The Tragic Truth About Football Player Brains

In recent years, there's been a growing conversation about the effects of football on the human brain. Chronic traumatic encephalopathy, better known simply as CTE, is a condition in which the brain deteriorates. It is caused when someone endures excessive and repeated injury to their head, says Mayo Clinic. Because the sport of football allows tackling, blocking, and other moves that are often aggressive, a lot of football players might experience a concussion or head trauma during play. But football players aren't small guys, and the constant contact is detrimental to the brain, research suggests.

CTE is a disease that is only discovered at the time of an autopsy, particularly during a comprehensive examination of the brain. This means that CTE is determined in the brain of a football player who has died. Researchers found that 99% of former football professional players had CTE, as well as 91% of former college football players, says Boston University.

Football versus CTE

The link between football and CTE has led to more awareness about the effects of brain damage, changes from the NFL, and how CTE can lead to certain behavioral changes in football players.

Unfortunately, further research has shown how football affects every football player's brain — even high schoolers, per Neurology. Data from 2015 research has even suggested that young men who began playing football at an early age have a stronger link to behavioral and cognitive problems. As a result, there's also a connection between youth football players who continued to play football and having brain-related health issues later in life. The research concluded that playing football is connected to signs of impairment and intelligence in former football players.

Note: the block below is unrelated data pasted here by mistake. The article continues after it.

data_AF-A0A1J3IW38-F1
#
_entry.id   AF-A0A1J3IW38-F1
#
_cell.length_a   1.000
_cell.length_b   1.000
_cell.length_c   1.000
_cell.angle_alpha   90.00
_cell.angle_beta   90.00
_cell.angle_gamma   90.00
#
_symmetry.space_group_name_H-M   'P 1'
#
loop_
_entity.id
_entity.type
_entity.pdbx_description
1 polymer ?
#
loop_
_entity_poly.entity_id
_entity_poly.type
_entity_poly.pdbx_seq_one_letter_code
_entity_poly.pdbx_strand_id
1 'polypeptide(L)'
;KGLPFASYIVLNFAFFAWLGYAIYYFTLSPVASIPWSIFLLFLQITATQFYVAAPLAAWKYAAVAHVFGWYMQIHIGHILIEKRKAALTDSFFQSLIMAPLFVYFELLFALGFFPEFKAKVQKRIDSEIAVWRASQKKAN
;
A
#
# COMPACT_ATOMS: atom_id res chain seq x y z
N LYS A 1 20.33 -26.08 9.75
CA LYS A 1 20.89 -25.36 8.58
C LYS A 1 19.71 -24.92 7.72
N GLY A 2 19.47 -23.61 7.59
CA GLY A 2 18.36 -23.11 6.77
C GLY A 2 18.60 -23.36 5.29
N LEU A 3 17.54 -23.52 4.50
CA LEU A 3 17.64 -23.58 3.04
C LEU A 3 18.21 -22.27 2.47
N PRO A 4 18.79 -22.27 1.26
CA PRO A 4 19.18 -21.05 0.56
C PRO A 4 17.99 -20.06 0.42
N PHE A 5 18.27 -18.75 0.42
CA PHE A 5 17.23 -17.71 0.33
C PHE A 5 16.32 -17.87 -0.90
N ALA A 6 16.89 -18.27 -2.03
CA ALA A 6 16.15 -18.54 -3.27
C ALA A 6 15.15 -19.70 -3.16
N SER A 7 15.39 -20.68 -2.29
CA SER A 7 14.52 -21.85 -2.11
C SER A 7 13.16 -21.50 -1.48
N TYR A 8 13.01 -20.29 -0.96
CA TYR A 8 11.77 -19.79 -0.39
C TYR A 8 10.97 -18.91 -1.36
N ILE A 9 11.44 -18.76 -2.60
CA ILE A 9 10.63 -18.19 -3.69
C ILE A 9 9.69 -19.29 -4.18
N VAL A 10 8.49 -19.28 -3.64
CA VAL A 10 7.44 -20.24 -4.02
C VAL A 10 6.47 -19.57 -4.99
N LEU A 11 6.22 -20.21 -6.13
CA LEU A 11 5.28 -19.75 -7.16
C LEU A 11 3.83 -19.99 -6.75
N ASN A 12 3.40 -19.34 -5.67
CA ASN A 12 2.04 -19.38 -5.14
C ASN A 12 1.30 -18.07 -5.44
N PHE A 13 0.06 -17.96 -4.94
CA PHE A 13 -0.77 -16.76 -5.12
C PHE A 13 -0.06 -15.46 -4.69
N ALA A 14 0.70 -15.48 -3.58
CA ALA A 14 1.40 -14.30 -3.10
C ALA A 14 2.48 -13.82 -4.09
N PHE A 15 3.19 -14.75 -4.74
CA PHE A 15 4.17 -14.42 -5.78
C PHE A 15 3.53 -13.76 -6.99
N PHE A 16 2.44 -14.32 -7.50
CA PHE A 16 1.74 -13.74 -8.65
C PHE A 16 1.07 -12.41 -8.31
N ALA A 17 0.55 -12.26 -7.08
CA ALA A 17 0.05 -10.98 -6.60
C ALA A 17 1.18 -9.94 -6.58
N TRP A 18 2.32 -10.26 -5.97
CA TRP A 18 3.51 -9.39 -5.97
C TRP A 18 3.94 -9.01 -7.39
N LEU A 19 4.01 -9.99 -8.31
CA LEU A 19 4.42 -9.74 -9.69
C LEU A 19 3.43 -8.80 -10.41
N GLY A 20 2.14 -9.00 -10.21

This sadly means these issues that might progress and worsen over time because as CTE gradually deteriorates the brain, the symptoms can become more frequent. The symptoms include forgetfulness and being unable to recall things, a lack of clear thinking and functioning, changes in mood and personality, and having thoughts of suicide or violence (via Alzheimer's Association). The signs of CTE often don't show up until years later, which means someone who played football could spend all of their life as themselves and then experience a sudden change in behavior because the symptoms of CTE have crept up in later life.

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